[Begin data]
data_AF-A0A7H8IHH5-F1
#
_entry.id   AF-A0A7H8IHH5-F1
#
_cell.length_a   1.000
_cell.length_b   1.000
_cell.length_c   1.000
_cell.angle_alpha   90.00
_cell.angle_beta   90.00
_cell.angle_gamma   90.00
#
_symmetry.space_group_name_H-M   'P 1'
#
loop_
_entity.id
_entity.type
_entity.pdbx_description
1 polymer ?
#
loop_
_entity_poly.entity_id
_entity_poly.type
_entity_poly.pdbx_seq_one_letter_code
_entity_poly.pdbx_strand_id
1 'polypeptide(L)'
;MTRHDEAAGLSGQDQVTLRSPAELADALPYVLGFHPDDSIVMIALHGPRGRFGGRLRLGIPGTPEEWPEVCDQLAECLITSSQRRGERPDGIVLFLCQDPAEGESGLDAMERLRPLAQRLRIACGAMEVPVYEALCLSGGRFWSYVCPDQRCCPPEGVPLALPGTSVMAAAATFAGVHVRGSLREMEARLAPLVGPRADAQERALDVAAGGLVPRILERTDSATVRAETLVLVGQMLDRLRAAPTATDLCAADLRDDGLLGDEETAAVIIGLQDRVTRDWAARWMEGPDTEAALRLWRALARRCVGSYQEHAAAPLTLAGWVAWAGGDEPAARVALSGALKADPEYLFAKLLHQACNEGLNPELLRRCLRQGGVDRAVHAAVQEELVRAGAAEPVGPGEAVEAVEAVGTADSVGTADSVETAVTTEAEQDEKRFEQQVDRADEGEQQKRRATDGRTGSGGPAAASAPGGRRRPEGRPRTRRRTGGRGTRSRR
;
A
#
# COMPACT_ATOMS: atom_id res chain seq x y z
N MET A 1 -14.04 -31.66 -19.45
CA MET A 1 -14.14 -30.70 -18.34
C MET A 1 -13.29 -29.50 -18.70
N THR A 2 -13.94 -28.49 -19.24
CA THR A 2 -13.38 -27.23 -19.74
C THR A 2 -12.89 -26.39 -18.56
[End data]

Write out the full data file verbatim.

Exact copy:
data_AF-A0A7H8IHH5-F1
#
_entry.id   AF-A0A7H8IHH5-F1
#
_cell.length_a   1.000
_cell.length_b   1.000
_cell.length_c   1.000
_cell.angle_alpha   90.00
_cell.angle_beta   90.00
_cell.angle_gamma   90.00
#
_symmetry.space_group_name_H-M   'P 1'
#
loop_
_entity.id
_entity.type
_entity.pdbx_description
1 polymer ?
#
loop_
_entity_poly.entity_id
_entity_poly.type
_entity_poly.pdbx_seq_one_letter_code
_entity_poly.pdbx_strand_id
1 'polypeptide(L)'
;MTRHDEAAGLSGQDQVTLRSPAELADALPYVLGFHPDDSIVMIALHGPRGRFGGRLRLGIPGTPEEWPEVCDQLAECLITSSQRRGERPDGIVLFLCQDPAEGESGLDAMERLRPLAQRLRIACGAMEVPVYEALCLSGGRFWSYVCPDQRCCPPEGVPLALPGTSVMAAAATFAGVHVRGSLREMEARLAPLVGPRADAQERALDVAAGGLVPRILERTDSATVRAETLVLVGQMLDRLRAAPTATDLCAADLRDDGLLGDEETAAVIIGLQDRVTRDWAARWMEGPDTEAALRLWRALARRCVGSYQEHAAAPLTLAGWVAWAGGDEPAARVALSGALKADPEYLFAKLLHQACNEGLNPELLRRCLRQGGVDRAVHAAVQEELVRAGAAEPVGPGEAVEAVEAVGTADSVGTADSVETAVTTEAEQDEKRFEQQVDRADEGEQQKRRATDGRTGSGGPAAASAPGGRRRPEGRPRTRRRTGGRGTRSRR
;
A
#
# COMPACT_ATOMS: atom_id res chain seq x y z
N MET A 1 -14.04 -31.66 -19.45
CA MET A 1 -14.14 -30.70 -18.34
C MET A 1 -13.29 -29.50 -18.70
N THR A 2 -13.94 -28.49 -19.24
CA THR A 2 -13.38 -27.23 -19.74
C THR A 2 -12.89 -26.39 -18.56